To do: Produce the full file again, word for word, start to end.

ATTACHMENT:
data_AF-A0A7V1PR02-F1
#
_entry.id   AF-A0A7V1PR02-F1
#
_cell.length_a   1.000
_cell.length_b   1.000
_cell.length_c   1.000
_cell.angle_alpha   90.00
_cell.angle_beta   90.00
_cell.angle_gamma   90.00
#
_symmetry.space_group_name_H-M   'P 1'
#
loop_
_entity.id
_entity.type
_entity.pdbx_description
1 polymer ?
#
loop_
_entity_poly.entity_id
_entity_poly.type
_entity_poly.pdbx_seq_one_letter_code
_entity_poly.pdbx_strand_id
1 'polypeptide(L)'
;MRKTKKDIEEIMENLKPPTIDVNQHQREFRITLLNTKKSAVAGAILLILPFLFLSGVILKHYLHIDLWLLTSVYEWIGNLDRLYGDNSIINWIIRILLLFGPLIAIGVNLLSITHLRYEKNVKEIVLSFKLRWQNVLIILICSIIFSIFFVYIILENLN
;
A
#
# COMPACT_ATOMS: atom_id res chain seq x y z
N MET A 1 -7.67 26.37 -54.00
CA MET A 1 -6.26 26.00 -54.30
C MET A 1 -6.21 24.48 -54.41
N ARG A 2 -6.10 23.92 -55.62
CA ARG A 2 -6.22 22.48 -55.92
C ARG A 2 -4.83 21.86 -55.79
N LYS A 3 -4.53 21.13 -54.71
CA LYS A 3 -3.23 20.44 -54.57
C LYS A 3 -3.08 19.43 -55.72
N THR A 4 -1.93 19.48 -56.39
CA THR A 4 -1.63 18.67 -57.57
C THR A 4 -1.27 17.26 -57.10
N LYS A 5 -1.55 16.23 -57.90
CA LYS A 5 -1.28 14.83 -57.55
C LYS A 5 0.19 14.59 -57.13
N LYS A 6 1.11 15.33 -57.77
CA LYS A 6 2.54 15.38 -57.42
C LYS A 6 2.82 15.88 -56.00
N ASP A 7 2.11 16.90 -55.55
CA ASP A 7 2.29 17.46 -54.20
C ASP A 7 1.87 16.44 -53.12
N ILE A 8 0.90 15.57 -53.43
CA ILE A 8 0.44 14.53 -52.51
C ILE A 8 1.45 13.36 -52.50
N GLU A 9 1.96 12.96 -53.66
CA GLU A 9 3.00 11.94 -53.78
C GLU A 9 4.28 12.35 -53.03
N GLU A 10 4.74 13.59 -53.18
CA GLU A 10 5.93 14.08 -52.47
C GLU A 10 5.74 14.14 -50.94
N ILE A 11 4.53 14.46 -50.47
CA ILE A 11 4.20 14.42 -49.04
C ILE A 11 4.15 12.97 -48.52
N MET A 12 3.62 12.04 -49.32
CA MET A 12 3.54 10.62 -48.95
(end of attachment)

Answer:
data_AF-A0A7V1PR02-F1
#
_entry.id   AF-A0A7V1PR02-F1
#
_cell.length_a   1.000
_cell.length_b   1.000
_cell.length_c   1.000
_cell.angle_alpha   90.00
_cell.angle_beta   90.00
_cell.angle_gamma   90.00
#
_symmetry.space_group_name_H-M   'P 1'
#
loop_
_entity.id
_entity.type
_entity.pdbx_description
1 polymer ?
#
loop_
_entity_poly.entity_id
_entity_poly.type
_entity_poly.pdbx_seq_one_letter_code
_entity_poly.pdbx_strand_id
1 'polypeptide(L)'
;MRKTKKDIEEIMENLKPPTIDVNQHQREFRITLLNTKKSAVAGAILLILPFLFLSGVILKHYLHIDLWLLTSVYEWIGNLDRLYGDNSIINWIIRILLLFGPLIAIGVNLLSITHLRYEKNVKEIVLSFKLRWQNVLIILICSIIFSIFFVYIILENLN
;
A
#
# COMPACT_ATOMS: atom_id res chain seq x y z
N MET A 1 -7.67 26.37 -54.00
CA MET A 1 -6.26 26.00 -54.30
C MET A 1 -6.21 24.48 -54.41
N ARG A 2 -6.10 23.92 -55.62
CA ARG A 2 -6.22 22.48 -55.92
C ARG A 2 -4.83 21.86 -55.79
N LYS A 3 -4.53 21.13 -54.71
CA LYS A 3 -3.23 20.44 -54.57
C LYS A 3 -3.08 19.43 -55.72
N THR A 4 -1.93 19.48 -56.39
CA THR A 4 -1.63 18.67 -57.57
C THR A 4 -1.27 17.26 -57.10
N LYS A 5 -1.55 16.23 -57.90
CA LYS A 5 -1.28 14.83 -57.55
C LYS A 5 0.19 14.59 -57.13
N LYS A 6 1.11 15.33 -57.77
CA LYS A 6 2.54 15.38 -57.42
C LYS A 6 2.82 15.88 -56.00
N ASP A 7 2.11 16.90 -55.55
CA ASP A 7 2.29 17.46 -54.20
C ASP A 7 1.87 16.44 -53.12
N ILE A 8 0.90 15.57 -53.43
CA ILE A 8 0.44 14.53 -52.51
C ILE A 8 1.45 13.36 -52.50
N GLU A 9 1.96 12.96 -53.66
CA GLU A 9 3.00 11.94 -53.78
C GLU A 9 4.28 12.35 -53.03
N GLU A 10 4.74 13.59 -53.18
CA GLU A 10 5.93 14.08 -52.47
C GLU A 10 5.74 14.14 -50.94
N ILE A 11 4.53 14.46 -50.47
CA ILE A 11 4.20 14.42 -49.04
C ILE A 11 4.15 12.97 -48.52
N MET A 12 3.62 12.04 -49.32
CA MET A 12 3.54 10.62 -48.95